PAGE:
|Molar mass||116.21 g·mol−1|
|Melting point||39 to 42 °C (102 to 108 °F; 312 to 315 K)|
|Boiling point||204.6 °C; 400.2 °F; 477.7 K|
|490 g L−1|
Std enthalpy of
|−205 kJ mol−1|
|GHS signal word||DANGER|
|H302, H312, H314, H335|
|P261, P280, P305+351+338, P310|
|R-phrases||R21/22, R34, R37|
|S-phrases||(S1/2), S22, S26, S36/37/39, S45|
|Flash point||80 °C (176 °F; 353 K)|
|Lethal dose or concentration (LD, LC):|
LD50 (Median dose)
Except where otherwise noted, data are given for materials in their standard state (at 25 °C [77 °F], 100 kPa).
|what is: / ?)(|
Hexamethylenediamine is the organic compound with the formula H2N(CH2)6NH2. The molecule is a diamine, consisting of a hexamethylene hydrocarbon chain terminated with amine functional groups. The colorless solid (yellowish for some commercial samples) has a strong amine odor, similar to piperidine. About 1 billion kilograms are produced annually.
- NC(CH2)4CN + 4 H2 → H2N(CH2)6NH2
The hydrogenation is conducted molten adiponitrile diluted with ammonia, typical catalysts being based on cobalt and iron. The yield is good, but commercially significant side products are generated by virtue of reactivity of partially hydrogenated intermediates. These other products include 1,2-diaminocyclohexane, hexamethyleneimine, and the triamine bis(hexamethylenetriamine).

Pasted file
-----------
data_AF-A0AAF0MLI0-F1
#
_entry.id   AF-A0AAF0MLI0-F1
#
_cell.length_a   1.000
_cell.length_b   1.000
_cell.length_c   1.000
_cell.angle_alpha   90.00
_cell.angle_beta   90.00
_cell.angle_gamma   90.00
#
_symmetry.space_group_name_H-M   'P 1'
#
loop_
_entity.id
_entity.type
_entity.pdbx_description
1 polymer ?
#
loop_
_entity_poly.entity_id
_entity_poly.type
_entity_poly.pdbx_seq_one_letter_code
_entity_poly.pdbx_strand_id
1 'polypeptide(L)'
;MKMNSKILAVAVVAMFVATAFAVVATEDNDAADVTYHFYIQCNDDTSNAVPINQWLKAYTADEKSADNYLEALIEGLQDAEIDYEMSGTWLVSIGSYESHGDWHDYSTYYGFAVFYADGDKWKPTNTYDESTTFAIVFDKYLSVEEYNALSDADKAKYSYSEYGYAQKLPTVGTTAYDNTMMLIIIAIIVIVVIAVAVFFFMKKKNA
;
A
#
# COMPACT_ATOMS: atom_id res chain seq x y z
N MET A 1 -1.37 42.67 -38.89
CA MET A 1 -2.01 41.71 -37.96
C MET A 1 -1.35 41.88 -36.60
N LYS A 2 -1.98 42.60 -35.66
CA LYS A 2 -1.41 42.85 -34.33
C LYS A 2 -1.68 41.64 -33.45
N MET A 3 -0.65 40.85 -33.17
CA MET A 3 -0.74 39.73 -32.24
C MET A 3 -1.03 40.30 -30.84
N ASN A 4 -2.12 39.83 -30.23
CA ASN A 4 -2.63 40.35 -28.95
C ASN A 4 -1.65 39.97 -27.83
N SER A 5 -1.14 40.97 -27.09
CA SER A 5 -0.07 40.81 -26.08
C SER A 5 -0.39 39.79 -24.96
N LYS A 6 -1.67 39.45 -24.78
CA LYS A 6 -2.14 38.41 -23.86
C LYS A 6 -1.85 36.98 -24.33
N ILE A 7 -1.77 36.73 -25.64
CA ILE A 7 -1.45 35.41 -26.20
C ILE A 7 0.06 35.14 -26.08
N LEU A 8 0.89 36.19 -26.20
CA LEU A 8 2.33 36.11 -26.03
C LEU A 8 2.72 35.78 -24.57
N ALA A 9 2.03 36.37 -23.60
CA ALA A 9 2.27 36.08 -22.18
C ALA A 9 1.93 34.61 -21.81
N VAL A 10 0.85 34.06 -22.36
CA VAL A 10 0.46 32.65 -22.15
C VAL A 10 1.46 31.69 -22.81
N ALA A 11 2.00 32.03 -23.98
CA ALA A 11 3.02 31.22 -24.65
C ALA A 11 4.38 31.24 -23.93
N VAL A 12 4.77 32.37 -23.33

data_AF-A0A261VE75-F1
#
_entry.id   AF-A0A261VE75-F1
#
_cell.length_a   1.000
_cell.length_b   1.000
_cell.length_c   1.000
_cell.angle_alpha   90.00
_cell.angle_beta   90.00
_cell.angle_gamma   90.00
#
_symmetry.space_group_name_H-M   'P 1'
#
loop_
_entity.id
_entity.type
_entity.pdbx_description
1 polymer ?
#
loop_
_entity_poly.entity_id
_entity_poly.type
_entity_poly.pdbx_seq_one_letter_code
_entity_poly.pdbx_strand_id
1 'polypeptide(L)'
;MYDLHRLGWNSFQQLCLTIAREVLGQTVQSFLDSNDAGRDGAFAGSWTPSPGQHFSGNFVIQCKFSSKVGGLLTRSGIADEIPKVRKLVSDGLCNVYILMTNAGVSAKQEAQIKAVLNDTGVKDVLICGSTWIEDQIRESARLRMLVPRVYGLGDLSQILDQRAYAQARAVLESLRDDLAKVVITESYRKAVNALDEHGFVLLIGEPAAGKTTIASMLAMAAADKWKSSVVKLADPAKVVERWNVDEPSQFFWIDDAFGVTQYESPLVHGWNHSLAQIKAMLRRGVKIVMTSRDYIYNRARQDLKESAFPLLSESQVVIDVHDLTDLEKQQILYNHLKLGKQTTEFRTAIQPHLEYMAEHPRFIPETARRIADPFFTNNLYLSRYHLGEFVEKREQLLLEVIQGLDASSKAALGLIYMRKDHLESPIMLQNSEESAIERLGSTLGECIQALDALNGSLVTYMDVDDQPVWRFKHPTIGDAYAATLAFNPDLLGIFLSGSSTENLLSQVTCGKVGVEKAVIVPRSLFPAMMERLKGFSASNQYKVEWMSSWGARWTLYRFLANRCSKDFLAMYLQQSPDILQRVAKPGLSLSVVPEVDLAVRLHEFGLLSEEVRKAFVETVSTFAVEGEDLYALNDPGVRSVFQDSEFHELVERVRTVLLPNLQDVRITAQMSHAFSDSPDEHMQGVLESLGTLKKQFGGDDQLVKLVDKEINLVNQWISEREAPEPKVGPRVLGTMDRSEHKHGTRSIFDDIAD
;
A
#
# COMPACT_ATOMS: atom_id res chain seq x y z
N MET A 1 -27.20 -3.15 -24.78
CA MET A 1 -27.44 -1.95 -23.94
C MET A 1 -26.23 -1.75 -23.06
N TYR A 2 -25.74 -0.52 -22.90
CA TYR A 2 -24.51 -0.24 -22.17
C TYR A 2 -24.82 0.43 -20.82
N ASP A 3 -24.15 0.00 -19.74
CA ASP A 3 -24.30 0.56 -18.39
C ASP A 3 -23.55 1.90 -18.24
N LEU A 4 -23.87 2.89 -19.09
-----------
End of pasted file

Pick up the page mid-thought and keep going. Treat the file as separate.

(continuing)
An alternative process operates in diluted ADN conditions using HMD itself as a solvent and Raney Nickel as catalyst. This process operates without ammonia and at lower pressure and temperature
Hexamethylenediamine is used almost exclusively for the production of polymers, an application that takes advantage of its bifunctional structure. The great majority of the diamine is consumed by the production of nylon 66 via condensation with adipic acid. Otherwise hexamethylene diisocyanate (HDI) is generated from this diamine as a monomer feedstock in the production of polyurethane. The diamine also serves as a cross-linking agent in epoxy resins.
Hexamethylenediamine is moderately toxic, with LD50 of 792-1127 mg/kg. Nonetheless, like other basic amines, it can cause serious burns and severe irritation. Such injuries were observed in the accident at the BASF site in Seal Sands, near Billingham (UK) on 4 January, 2007 in which 37 persons were injured, one of them seriously.
Hexamethylenediamine is stable in air but combustible. Like all organic compounds, it is incompatible with strong oxidants.
- Merck Index, 11th Edition, 4614.
- "1,6-diaminohexane - Compound Summary". PubChem Compound. USA: National Center for Biotechnology Information. 26 March 2005. Identification and Related Records. Retrieved 29 May 2012.
- Robert A. Smiley "Hexamethylenediamine" in Ullmann's Encyclopedia of Industrial Chemistry, Wiley-VCH, Weinheim, 2005. doi:10.1002/14356007.a12 629
- T. Curtius et al. J. Prakt. Chem., 1900, volume 62, p. 189.
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